Circular logging.  By default, circular logging is enabled in Exchange 5.5. With circular logging turned on, as soon as the checkpoint passes through a log file, and the log file is therefore no longer needed by any database for crash recovery, then the log is deleted.  Typically, if circular logging is turned on, there will be no more than half a dozen log files in existence at any given time.  Circular logging was the Exchange 5.5 default specifically to prevent log drives from filling up.  But there is a big drawback to circular logging.

If you have to restore from backup with circular logging enabled, then Exchange will not be able to roll the database forward with additional transaction logs because all those logs will have already been deleted.

In Exchange 2000, the default for circular logging was changed to be off, even though this means a log drive will eventually fill up if an administrator doesn’t take regular backups. This means that the problem of log drives running out of space happens more frequently than it did before.  The great majority of Exchange administrators tell us that they prefer the new setting, because it means Exchange won’t delete any transaction log files without the administrator giving “permission” for it.

NOTE: Small Business Server 2003 includes Exchange 2003.  Circular logging is enabled by default for Exchange 2003 running on Small Business Server.  However, running the Small Business Server Backup Wizard will automatically turn off circular logging.  If you use a third party backup solution with Small Business Server 2003, you should examine the storage group properties to verify that circular logging is not enabled.

Taking an online backup. After a Normal (Full) backup completes successfully, Exchange will automatically remove logs that are not needed to roll forward from the backup.  Logs are also pruned after an Incremental backup.

An administrator can also manually remove log files, as long as the rules explained in this flash are followed.

Transaction Logs are not getting pruned

The most common reasons for this are:

  • All the databases in a storage group are not being backed up regularly.  All databases in a storage group share a single set of log files.  Until no database in the storage group needs a particular log file to roll forward from backup, the log file will not be removed.  So if one database hasn’t been backed up in a long time, all the log files that database needs will stay on disk, even if no other database requires them any longer.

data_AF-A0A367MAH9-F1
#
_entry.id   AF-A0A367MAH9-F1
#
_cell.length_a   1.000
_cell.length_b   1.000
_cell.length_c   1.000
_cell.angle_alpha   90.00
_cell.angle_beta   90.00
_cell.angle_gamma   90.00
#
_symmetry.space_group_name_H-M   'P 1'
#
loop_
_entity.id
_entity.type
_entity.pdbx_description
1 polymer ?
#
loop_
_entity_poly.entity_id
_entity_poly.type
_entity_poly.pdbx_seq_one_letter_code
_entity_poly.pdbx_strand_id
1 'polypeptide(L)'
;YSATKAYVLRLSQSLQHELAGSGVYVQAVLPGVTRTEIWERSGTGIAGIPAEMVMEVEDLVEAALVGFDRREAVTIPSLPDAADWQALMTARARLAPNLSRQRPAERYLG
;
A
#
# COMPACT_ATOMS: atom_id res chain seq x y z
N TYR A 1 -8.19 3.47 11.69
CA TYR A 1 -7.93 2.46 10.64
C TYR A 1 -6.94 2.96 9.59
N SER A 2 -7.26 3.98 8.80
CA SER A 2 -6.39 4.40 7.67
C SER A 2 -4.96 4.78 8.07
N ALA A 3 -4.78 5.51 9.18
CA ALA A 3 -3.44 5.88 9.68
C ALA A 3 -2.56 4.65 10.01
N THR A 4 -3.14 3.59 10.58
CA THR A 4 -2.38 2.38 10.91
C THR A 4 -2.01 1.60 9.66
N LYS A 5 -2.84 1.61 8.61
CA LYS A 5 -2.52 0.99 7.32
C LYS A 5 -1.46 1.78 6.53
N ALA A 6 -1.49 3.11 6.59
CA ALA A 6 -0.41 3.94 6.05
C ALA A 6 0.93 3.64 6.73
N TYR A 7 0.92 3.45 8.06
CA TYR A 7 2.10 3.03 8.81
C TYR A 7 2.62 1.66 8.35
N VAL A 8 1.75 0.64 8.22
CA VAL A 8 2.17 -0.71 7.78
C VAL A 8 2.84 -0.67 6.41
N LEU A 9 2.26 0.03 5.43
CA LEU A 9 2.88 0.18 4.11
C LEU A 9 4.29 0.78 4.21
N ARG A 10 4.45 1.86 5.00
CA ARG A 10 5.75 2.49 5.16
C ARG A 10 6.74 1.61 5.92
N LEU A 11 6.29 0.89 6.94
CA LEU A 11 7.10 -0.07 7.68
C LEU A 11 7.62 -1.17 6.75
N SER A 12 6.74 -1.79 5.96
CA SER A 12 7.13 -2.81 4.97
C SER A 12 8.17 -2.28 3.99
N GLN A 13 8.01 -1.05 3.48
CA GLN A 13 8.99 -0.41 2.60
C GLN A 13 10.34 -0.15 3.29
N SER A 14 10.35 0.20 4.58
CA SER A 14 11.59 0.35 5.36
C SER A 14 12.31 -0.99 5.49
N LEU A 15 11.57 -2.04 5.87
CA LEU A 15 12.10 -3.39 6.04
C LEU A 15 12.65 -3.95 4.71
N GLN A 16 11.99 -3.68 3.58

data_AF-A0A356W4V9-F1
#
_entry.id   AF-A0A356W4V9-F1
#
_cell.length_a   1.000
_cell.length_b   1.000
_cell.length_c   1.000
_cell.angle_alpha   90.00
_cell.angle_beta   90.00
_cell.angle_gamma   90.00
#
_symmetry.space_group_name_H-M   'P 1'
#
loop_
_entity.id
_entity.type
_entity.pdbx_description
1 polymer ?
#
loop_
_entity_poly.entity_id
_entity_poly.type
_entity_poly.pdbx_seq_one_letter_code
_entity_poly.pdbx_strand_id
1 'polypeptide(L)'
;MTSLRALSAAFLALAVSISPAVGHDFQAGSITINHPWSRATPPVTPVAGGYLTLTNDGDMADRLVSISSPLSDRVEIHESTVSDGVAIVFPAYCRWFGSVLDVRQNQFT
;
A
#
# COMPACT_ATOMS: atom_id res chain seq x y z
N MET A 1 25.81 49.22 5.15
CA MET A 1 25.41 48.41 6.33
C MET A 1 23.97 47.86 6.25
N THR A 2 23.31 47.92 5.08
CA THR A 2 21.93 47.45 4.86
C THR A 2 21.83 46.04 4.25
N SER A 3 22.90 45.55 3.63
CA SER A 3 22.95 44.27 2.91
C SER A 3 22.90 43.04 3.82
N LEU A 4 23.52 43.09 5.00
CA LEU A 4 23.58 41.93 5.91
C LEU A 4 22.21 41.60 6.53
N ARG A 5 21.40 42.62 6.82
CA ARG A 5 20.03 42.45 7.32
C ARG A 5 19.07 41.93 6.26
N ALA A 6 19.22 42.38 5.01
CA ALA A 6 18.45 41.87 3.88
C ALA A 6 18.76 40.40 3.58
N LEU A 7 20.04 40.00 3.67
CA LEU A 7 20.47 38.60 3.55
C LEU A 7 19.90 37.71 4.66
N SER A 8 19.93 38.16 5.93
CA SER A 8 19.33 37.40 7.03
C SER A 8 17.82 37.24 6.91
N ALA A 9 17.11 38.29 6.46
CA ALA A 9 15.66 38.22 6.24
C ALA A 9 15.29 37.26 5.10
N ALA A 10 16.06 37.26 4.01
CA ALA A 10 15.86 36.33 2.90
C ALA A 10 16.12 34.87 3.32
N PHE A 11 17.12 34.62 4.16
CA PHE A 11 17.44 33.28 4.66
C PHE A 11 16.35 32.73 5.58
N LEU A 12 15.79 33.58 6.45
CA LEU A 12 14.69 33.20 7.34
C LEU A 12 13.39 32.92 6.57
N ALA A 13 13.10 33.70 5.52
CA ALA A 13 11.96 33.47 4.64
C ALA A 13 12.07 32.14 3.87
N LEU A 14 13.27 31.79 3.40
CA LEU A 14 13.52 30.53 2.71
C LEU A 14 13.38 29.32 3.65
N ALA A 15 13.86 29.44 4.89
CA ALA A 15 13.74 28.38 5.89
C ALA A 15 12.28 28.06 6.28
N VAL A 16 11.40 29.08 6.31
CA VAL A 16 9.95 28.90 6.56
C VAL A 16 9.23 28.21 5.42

• All databases in the storage group are not mounted when online backup is done.  At the end of backup, Exchange checks with each database in the storage group to find out which logs it still needs for recovery.  If a database is offline, Exchange cannot tell what it needs, and so, to be safe, no logs will be pruned.
  • Copy or Differential backups are being performed instead of Normal (Full) or Incremental backups.  By design, no logs will be pruned after a Copy or Differential backup.

Transaction Log disk recommendations

It is recommend that log drives be sized to hold at least 10 times as many logs as you generate on an average day. This gives some buffer room if the backup fails for several days in a row, or logs can’t be pruned for some other reason.

The extra space also helps if a sudden jump in database activity causes more logs to be generated than normal.  For example, if a large number of mailboxes are moved between databases, that is likely to generate a large number of log files because in essence, all the mail is being “re-delivered” all at once.

Another measure that can be taken to make it easier to recover from running out of log drive disk space is to put a “spacer” file on the log drive. The size of this file should be a little more than the size of the log files you generate in a day. Put this file in the same folder as the log files, and name it something like “AAA DELETE ME IF YOU RUN OUT OF SPACE.SPACER.”

If the spacer file exists, it is likely that even an untrained administrator will delete this file instead of destroying essential Exchange log files.

Most of this information was taken from

Last Updated On October 24, 2017